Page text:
The Graveyard Book Read Along Part II

Chupacabra guarding my book.

For the second installment of The Graveyard Book read along, chapters 4-6 (which includes a short interlude) were read. If you are just joining us, Part I can be found HERE.

Let me start off by thanking Carl at Stainless Steel Droppings for hosting this read along. He has several fun reading events going on this month, so make sure to check out his site.

These few chapters see our main character, Nobody (Bod) Owens, grow from a child to a youngling on the cusp of adulthood. One of the things I truly enjoy about Neil Gaiman‘s writings is his ability to weave mythology and lore into everyday experiences. He does that beautifully in the chapter concerning the Danse Macabre, where the living and the dead enjoy a few hours of unfettered dancing in the streets.

In Chapter 4, The Witch’s Headstone, we meet Liza Hempstock (I love Gaiman’s character names!), who was droned and burned to charcoal and buried and a witch in unconsecrated ground. Turns out she is a little bit of a witch, and it is good that she and Bod get to be friends. Bod finds it a bit sad that she lacks a headstone and so he sets out to get her one, taking many chances and breaking even more rules. He steals from the Sleether (see Part I) and tries to sell the item to a shady type who locks him in a back room while he decides what to do. Bod is eventually saved and returns to the graveyard, where he makes a touching gesture to Liza. Humanity counts whether you are dead or alive. What did you all think about Abanazer Bolger’s connection to Jack?

The Danse Macabre I alluded to above is Chapter 5. I found this chapter to be full of mystery and beauty. I loved the idea of tradition pushing the living into participating, and the simplicity of the not-very-often blooming white flowers. Even though this is my second read through, I still didn’t understand why the ghosts and even Silas at the end of the chapter, after the dance is all said and done, won’t talk about it. We already had plenty of mystery surrounding the dance, like why the flowers, where was the music coming from, and why did the ghosts spiffy up their ghostly habitations if the dance took place in town? Why add the mystery of not talking about it?

Jack, Jack, Jack…..Sigh… what a vicious mystery you are. In the interlude Convocation, we get a few hints about Jack. Perhaps he is well funded. Perhaps he is just one of a group of trained or specialized killers. Reading this little section makes me worry for Bod Owens.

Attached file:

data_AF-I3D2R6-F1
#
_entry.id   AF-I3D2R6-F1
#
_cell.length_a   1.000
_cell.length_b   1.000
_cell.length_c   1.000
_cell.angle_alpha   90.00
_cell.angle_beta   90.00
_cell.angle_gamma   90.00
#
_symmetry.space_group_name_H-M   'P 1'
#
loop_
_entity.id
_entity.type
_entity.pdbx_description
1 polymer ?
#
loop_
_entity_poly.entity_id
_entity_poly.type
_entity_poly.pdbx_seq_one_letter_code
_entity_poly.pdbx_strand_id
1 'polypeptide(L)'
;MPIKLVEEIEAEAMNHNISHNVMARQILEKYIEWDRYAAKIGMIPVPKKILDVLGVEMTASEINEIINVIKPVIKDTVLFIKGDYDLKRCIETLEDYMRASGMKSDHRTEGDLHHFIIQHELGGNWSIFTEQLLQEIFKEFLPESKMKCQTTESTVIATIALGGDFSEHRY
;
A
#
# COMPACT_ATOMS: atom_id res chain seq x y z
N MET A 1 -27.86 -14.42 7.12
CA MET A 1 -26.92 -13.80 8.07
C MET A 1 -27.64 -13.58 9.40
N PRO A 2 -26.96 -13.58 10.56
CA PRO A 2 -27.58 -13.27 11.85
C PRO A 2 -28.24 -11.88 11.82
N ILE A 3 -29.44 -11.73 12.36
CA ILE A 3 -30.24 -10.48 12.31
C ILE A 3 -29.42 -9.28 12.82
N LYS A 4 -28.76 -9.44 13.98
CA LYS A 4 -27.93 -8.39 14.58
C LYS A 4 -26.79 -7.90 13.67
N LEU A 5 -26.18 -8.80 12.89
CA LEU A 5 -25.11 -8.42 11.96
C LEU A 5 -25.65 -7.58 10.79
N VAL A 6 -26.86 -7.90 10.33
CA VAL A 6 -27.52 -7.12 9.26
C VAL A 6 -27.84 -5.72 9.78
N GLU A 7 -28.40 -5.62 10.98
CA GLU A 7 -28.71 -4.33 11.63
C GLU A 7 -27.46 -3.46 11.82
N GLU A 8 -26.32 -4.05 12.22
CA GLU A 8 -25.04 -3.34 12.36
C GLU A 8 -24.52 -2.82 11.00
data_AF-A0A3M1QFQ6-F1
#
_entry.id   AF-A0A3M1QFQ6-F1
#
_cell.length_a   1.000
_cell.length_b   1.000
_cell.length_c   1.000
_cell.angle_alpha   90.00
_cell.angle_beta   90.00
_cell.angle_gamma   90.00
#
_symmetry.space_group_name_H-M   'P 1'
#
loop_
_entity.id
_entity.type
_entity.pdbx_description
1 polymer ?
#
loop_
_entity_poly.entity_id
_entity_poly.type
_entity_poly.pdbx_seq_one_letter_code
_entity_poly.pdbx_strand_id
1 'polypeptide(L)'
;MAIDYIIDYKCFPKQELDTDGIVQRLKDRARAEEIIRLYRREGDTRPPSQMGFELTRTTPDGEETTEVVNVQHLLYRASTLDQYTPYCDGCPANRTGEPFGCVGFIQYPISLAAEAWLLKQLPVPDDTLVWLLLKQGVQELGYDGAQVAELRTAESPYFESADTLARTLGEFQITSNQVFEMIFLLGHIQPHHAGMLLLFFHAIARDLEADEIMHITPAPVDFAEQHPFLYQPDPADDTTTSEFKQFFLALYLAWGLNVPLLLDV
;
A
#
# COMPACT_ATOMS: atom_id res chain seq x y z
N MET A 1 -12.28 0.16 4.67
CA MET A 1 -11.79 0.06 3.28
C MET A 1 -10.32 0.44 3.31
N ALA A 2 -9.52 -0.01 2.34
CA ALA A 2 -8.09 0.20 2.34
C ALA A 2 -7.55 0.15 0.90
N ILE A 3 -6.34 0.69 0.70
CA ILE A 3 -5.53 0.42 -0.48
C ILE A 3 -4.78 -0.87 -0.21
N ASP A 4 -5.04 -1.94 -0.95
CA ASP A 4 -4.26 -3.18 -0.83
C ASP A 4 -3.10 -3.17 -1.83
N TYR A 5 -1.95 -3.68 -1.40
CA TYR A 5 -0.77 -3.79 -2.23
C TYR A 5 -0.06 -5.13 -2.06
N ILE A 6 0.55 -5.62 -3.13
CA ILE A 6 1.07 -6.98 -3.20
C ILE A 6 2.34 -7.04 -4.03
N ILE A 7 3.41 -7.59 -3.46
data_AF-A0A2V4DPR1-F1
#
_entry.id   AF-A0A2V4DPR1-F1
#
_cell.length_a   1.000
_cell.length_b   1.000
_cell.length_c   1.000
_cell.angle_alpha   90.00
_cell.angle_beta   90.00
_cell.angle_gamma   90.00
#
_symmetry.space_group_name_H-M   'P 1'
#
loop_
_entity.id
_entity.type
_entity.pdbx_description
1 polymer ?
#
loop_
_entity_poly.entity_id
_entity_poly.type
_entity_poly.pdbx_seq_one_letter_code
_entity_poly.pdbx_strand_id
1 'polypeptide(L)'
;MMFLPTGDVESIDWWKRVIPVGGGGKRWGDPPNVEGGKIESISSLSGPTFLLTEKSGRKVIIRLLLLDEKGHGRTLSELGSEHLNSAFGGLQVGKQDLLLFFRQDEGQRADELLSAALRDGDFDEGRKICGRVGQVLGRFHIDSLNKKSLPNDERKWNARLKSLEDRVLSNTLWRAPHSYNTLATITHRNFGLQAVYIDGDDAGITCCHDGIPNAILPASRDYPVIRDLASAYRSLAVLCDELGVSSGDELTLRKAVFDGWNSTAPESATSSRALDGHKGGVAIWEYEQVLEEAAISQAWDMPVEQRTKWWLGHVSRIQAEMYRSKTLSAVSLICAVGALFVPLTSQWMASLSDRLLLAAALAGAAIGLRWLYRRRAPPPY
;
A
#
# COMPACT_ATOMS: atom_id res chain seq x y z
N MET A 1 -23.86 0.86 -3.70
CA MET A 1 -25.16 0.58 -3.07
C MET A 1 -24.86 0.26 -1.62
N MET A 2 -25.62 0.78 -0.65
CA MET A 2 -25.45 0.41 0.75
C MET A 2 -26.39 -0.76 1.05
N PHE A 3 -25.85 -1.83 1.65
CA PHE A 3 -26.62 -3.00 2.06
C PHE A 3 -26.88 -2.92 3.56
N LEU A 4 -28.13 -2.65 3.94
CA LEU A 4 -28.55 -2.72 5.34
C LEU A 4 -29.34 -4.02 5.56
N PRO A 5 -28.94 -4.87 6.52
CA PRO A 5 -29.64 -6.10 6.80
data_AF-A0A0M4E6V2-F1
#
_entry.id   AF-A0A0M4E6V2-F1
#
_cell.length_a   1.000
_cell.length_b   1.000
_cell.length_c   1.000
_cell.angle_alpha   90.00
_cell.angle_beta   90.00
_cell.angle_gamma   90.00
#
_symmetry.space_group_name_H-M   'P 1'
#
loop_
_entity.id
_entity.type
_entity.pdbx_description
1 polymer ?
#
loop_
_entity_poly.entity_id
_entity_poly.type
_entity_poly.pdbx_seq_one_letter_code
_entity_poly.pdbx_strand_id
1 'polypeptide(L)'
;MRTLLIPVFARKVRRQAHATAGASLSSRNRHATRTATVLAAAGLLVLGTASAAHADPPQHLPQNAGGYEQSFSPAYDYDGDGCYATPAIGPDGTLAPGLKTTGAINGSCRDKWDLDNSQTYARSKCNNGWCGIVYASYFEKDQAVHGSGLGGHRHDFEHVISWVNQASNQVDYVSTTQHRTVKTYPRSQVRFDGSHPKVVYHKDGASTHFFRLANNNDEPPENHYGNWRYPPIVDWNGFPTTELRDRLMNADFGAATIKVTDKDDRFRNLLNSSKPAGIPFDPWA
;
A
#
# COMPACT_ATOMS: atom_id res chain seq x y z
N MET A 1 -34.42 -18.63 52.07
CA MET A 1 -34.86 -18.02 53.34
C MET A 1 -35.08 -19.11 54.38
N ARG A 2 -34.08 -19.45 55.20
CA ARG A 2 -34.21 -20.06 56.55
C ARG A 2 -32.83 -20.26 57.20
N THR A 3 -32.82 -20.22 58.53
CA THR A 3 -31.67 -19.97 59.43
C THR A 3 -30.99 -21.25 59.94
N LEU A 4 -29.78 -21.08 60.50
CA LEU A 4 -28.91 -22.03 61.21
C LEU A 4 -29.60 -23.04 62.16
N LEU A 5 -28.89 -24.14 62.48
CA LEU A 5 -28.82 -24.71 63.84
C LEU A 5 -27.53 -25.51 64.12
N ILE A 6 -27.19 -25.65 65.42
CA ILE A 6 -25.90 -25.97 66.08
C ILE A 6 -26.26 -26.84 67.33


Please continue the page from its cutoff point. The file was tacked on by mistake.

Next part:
In Chapter 6, Nobody Owens’ School Days, Bod gets to go to class. He wants to learn, not just book learning, but about being alive. Silas, his guardian, warns him to keep a low profile. Unfortunately, Bod has a hard time doing that for very long because there are bullies. Pretty soon he has not only the ill-intention of the bullies focused on him, but also the once-bullied younger kids pointing him out. Things start to get out of hand when the police get involved. However, Bod learns some important skills, like putting on The Fear and Dreamwalking. At this point in the book, Bod is 11 and he is asking questions about why he has to keep a low profile and why his family was killed and who this killer Jack is and why Jack still wants him dead. And Bod receives no answers. I feel Bod’s frustration! I want answers too. But I also feel that Bod deserves the truth of the matter at this point. He’s old enough to ask the question and understand the bulk of the answer. And I believe that Bod is starting to make choices that could endanger him greatly because he is kept ignorant.

So that’s the sum up. What stuck out for you?

Did you get the Danse Macabre chapter?

Do you think Bod’s Haunting of the school bullies was just a teensy vicious?

What is up with Jack and his business card?

Warbreaker Read Along Part I

Hello everyone. Welcome to the read along of Warbreaker by Brandon Sanderson. This read along is the brainchild of those lovely, quick-tongued, and highly entertaining folks over at Once Upon A Time, so make sure to stop by and enjoy their site. They also have the links to all the other participating bloggers.